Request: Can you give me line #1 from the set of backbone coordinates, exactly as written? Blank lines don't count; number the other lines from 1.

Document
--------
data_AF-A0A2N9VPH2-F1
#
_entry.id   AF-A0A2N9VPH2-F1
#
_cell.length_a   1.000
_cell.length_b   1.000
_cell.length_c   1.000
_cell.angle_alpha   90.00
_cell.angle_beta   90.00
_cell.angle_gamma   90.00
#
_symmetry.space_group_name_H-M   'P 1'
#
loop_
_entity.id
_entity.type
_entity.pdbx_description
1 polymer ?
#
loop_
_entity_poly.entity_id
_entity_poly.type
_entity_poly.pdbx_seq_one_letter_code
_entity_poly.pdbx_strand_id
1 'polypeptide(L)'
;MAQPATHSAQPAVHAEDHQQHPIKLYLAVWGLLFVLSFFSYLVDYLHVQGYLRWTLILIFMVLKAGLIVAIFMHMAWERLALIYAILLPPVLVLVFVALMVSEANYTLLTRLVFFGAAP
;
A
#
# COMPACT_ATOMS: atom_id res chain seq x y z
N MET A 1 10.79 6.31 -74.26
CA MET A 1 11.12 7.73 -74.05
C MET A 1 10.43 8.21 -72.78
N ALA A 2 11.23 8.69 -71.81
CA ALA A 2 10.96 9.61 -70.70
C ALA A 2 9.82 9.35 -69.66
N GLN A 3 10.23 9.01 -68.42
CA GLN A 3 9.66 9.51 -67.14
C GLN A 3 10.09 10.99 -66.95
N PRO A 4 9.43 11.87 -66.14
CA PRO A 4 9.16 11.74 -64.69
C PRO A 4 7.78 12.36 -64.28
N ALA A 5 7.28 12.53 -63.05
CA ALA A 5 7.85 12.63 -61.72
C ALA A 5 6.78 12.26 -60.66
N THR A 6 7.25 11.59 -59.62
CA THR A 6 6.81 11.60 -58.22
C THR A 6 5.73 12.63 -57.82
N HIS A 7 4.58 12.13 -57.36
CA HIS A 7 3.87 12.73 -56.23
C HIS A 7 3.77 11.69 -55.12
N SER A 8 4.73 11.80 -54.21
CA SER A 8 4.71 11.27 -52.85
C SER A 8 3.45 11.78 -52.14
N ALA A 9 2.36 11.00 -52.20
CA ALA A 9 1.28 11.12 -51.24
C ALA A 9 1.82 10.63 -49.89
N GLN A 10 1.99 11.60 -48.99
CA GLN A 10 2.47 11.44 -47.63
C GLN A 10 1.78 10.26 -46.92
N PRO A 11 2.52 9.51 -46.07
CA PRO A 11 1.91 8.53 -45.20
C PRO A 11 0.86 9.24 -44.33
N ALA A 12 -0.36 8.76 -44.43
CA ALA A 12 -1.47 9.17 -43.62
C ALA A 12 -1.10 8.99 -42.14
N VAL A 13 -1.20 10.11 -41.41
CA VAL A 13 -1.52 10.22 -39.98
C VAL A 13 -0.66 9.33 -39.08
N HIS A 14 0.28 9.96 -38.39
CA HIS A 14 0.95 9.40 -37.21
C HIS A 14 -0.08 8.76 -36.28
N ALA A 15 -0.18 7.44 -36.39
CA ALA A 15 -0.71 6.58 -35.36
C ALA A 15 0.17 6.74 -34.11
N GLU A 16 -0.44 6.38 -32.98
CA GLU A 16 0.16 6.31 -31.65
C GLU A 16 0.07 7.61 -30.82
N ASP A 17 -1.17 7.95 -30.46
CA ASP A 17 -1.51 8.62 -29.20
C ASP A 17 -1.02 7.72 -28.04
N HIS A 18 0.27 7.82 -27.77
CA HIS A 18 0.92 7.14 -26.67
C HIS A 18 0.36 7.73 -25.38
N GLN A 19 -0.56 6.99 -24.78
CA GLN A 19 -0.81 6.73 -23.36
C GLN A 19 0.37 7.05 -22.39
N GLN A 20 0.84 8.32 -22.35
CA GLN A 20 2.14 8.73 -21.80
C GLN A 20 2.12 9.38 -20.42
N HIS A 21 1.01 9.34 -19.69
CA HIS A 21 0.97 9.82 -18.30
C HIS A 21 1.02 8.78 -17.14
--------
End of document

data_AF-A0A2N9VPH2-F1